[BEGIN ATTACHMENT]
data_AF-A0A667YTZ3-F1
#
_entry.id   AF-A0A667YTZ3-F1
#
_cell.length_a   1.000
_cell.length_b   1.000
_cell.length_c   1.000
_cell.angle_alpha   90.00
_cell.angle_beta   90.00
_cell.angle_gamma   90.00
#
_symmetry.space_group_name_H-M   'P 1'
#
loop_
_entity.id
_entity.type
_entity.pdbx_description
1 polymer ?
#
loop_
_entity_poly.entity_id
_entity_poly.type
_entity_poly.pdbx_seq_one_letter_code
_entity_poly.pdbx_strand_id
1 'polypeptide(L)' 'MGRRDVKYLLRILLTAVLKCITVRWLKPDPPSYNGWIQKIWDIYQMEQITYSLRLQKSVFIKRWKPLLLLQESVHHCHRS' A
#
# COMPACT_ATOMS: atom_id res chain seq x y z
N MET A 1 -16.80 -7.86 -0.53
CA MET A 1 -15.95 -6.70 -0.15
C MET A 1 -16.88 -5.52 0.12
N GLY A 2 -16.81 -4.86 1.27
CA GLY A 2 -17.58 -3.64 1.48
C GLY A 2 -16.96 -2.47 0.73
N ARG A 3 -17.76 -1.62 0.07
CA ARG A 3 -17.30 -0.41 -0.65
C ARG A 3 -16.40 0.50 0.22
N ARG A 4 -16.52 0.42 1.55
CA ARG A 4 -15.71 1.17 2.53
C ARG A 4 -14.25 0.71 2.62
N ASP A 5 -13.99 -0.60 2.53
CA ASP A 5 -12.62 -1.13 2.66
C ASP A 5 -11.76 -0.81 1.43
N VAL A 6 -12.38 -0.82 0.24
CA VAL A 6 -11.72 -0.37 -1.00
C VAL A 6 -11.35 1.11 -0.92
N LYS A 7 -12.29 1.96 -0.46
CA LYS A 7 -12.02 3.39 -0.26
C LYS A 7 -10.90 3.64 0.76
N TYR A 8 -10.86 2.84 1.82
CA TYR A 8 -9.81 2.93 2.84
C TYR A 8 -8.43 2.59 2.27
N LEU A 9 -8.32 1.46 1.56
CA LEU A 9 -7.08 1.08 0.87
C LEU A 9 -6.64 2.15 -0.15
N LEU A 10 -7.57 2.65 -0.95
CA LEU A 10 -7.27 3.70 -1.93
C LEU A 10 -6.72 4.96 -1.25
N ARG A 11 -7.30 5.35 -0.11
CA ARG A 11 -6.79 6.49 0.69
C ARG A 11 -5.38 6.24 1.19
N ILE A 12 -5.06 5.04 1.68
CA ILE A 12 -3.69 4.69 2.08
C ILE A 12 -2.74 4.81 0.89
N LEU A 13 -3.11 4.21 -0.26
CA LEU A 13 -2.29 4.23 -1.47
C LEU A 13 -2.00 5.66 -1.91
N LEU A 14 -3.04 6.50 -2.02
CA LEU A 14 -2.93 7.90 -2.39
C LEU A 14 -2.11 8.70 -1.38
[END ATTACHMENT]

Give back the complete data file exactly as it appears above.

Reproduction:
data_AF-A0A667YTZ3-F1
#
_entry.id   AF-A0A667YTZ3-F1
#
_cell.length_a   1.000
_cell.length_b   1.000
_cell.length_c   1.000
_cell.angle_alpha   90.00
_cell.angle_beta   90.00
_cell.angle_gamma   90.00
#
_symmetry.space_group_name_H-M   'P 1'
#
loop_
_entity.id
_entity.type
_entity.pdbx_description
1 polymer ?
#
loop_
_entity_poly.entity_id
_entity_poly.type
_entity_poly.pdbx_seq_one_letter_code
_entity_poly.pdbx_strand_id
1 'polypeptide(L)' 'MGRRDVKYLLRILLTAVLKCITVRWLKPDPPSYNGWIQKIWDIYQMEQITYSLRLQKSVFIKRWKPLLLLQESVHHCHRS' A
#
# COMPACT_ATOMS: atom_id res chain seq x y z
N MET A 1 -16.80 -7.86 -0.53
CA MET A 1 -15.95 -6.70 -0.15
C MET A 1 -16.88 -5.52 0.12
N GLY A 2 -16.81 -4.86 1.27
CA GLY A 2 -17.58 -3.64 1.48
C GLY A 2 -16.96 -2.47 0.73
N ARG A 3 -17.76 -1.62 0.07
CA ARG A 3 -17.30 -0.41 -0.65
C ARG A 3 -16.40 0.50 0.22
N ARG A 4 -16.52 0.42 1.55
CA ARG A 4 -15.71 1.17 2.53
C ARG A 4 -14.25 0.71 2.62
N ASP A 5 -13.99 -0.60 2.53
CA ASP A 5 -12.62 -1.13 2.66
C ASP A 5 -11.76 -0.81 1.43
N VAL A 6 -12.38 -0.82 0.24
CA VAL A 6 -11.72 -0.37 -1.00
C VAL A 6 -11.35 1.11 -0.92
N LYS A 7 -12.29 1.96 -0.46
CA LYS A 7 -12.02 3.39 -0.26
C LYS A 7 -10.90 3.64 0.76
N TYR A 8 -10.86 2.84 1.82
CA TYR A 8 -9.81 2.93 2.84
C TYR A 8 -8.43 2.59 2.27
N LEU A 9 -8.32 1.46 1.56
CA LEU A 9 -7.08 1.08 0.87
C LEU A 9 -6.64 2.15 -0.15
N LEU A 10 -7.57 2.65 -0.95
CA LEU A 10 -7.27 3.70 -1.93
C LEU A 10 -6.72 4.96 -1.25
N ARG A 11 -7.30 5.35 -0.11
CA ARG A 11 -6.79 6.49 0.69
C ARG A 11 -5.38 6.24 1.19
N ILE A 12 -5.06 5.04 1.68
CA ILE A 12 -3.69 4.69 2.08
C ILE A 12 -2.74 4.81 0.89
N LEU A 13 -3.11 4.21 -0.26
CA LEU A 13 -2.29 4.23 -1.47
C LEU A 13 -2.00 5.66 -1.91
N LEU A 14 -3.04 6.50 -2.02
CA LEU A 14 -2.93 7.90 -2.39
C LEU A 14 -2.11 8.70 -1.38